Alan arrived and joined me for the Phelps, which unfortunately had moved to the inferior 2003 vintage, while showing me photographs of cats on his cell phone. It was time for our reservation so we tore ourselves away from the lounge and Elisabeth and segued to Bradley Ogden. We enjoyed squash soup and frogs legs to start, then Alan had the monkfish while I had the pork tenderloin. They had the 2002 Casa Dalla Valle so I introduced Alan to it. After dinner we had a few comp dollars left so we had a couple glasses of the Glen Goyne 17 year single-malt Scotch. The Maroon arrived and we caught up awhile before I retired in anticipation of an early flight to Reno in the morning.

I hate early flights but I wanted to get into Reno in time to get some gambling in and then hang out with my two buddies from New Orleans, John and Gabe, now hosts at Harrah’s Reno. I rented a Mazda 6 from Hertz and pulled it into Harrah’s, where they gave me the Imperial Suite on the key-access top floor. Now getting the Imperial Suite at Harrah’s Reno is a little like getting the Honeymoon Suite at the Days Inn but it was worth it for the reactions from the Chinese women every time I got in the elevator: “Ooh, you top floor! You have good room! You play lots!”

I played lots and then twisted John and Gabe’s arms into joining me for dinner at Harrah’s excellent steakhouse. The waiter suggested a seafood platter to begin and who were we to argue? We drank a nice 2002 California Pinot Noir to start, then went to the 2002 Ch. Pichon-Longueville Bordeaux. I ordered the buffalo topped with thin slices of foie gras and guzzled the Bordeaux to wash away visions of Indian massacres and force-fed geese.

Gabe had a friend who was opening a new restaurant that evening so we took a limo over and discovered the place was crawling with gorgeous young girls, apparently dancers from a nearby men’s club who had been invited to seed the crowd for the group of investors they were entertaining. Two of them glommed onto us right away, getting cozy and chatting us up briefly before inviting me to take them gambling, which basically sounded like inviting me to give them money for nothing, so I politely declined. They asked us to come by the club later and Gabe raved about it so we went over to the FQ Men’s Club right behind Harrah’s, where we had started.

I don’t go to many strip clubs but this was one of the nicest I’d been to. It was uncrowded and full of very pretty girls, some as young as 18 per local ordinance. One very cute, petite blonde around 19, Dawn, approached me and said she’d seen me at the restaurant but didn’t want to intrude. “Intrude away,” I said, and she chatted me up awhile. She had a perkilicious body despite the mandatory Chrysler logo all the strippers seem to have on their lower back. I discovered she was a geek girl and bought a couple lap dances from her at $20 a pop. She kept telling me how klutzy she was in the huge platform shoes she was wearing and proved it by tripping and falling into my lap a few times. I love geek girls.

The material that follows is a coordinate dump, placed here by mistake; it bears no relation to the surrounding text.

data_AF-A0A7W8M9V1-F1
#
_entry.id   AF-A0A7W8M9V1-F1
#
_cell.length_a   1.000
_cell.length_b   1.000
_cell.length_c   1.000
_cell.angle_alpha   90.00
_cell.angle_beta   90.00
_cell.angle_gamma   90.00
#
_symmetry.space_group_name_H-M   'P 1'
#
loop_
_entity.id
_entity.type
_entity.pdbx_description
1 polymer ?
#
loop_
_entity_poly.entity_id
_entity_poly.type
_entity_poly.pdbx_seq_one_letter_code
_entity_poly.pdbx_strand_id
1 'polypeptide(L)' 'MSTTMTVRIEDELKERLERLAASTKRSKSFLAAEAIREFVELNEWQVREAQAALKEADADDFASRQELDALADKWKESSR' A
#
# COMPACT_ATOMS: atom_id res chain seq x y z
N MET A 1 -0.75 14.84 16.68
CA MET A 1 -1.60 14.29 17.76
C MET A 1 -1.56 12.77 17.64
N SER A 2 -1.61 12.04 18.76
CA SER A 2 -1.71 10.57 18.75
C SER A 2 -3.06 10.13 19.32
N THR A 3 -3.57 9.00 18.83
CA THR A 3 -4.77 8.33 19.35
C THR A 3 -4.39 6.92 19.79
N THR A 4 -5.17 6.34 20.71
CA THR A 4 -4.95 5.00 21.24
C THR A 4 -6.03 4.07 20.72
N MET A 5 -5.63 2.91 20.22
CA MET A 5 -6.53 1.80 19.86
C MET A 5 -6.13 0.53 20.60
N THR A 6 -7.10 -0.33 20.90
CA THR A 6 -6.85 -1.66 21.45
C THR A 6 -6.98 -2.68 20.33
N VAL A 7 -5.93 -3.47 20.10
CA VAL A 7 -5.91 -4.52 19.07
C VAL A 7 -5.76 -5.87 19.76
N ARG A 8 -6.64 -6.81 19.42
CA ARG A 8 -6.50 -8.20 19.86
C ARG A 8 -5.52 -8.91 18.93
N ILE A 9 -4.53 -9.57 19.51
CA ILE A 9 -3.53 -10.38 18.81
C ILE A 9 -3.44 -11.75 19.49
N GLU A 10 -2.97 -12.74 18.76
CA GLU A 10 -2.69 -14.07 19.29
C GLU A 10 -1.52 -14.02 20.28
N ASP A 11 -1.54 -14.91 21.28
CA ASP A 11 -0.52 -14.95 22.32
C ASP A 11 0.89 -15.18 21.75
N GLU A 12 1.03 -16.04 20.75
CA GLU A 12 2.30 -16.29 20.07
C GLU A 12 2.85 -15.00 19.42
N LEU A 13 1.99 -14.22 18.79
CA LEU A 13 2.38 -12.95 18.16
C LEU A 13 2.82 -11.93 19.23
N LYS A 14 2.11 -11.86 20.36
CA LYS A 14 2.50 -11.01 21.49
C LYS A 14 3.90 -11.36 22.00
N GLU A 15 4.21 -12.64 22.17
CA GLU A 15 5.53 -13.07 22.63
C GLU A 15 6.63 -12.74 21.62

I paid Dawn for two dances plus one more in advance and she asked for my card. I gave it to her and she wrote down her information on a second card. I guess they don’t give phone numbers any more, just email and Myspace. Gabe got rip-roaring drunk on Sapphire and tonic and when he entered his bellicose phase, unwisely bloviating and gesturing at a table of young Latinos, I ushered him out and implored him to take a cab home. I hung around a few more minutes waiting for Dawn to finish with the Latinos but a stunning mocha 18-year-old named Natasha came up to me and asked if she could dance for me. I heartily assented and even at 3 a.m. it was hard to ignore her charms. We didn’t connect on a geek level like Dawn, though, so I paid her for the one dance, waited a few more minutes in vain for Dawn, then left for the Imperial Suite solo.

I decided to look up Dawn’s Myspace profile to see if there was a note to text her if you wanted her to come over after work but the name she gave me did not exist. The phony phone number of the 20th century has given way, with the dawning of the new millennium, to the phony Myspace. I got to bed around four.

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November 18, 2006

Bitch and scratch

Steve and I jetted down to Vegas for a nice long weekend at the Wynn, which was kind enough to send me a nice birthday offer. The main problem with getting complimentary room, food, and beverage at the Wynn is picking which restaurants to dine at because there isn't time to do them all. We settled on my favorite, SW, for birthday night and had the 2003 Darioush Cabernet after the mandatory birthday Champagne (I prefer Rosé, which is drier and nuttier than the regular). We were joined by my gambling buddy Benjie and his friend. What with it being my birthday and all they gave us the best table in the house, outside on the rail by the Lake of Dreams. Although the 2003 Darioush is not as good as the 2002, it made for great sipping while we ate filet mignon and watched the giant frog sing “Low Rider.”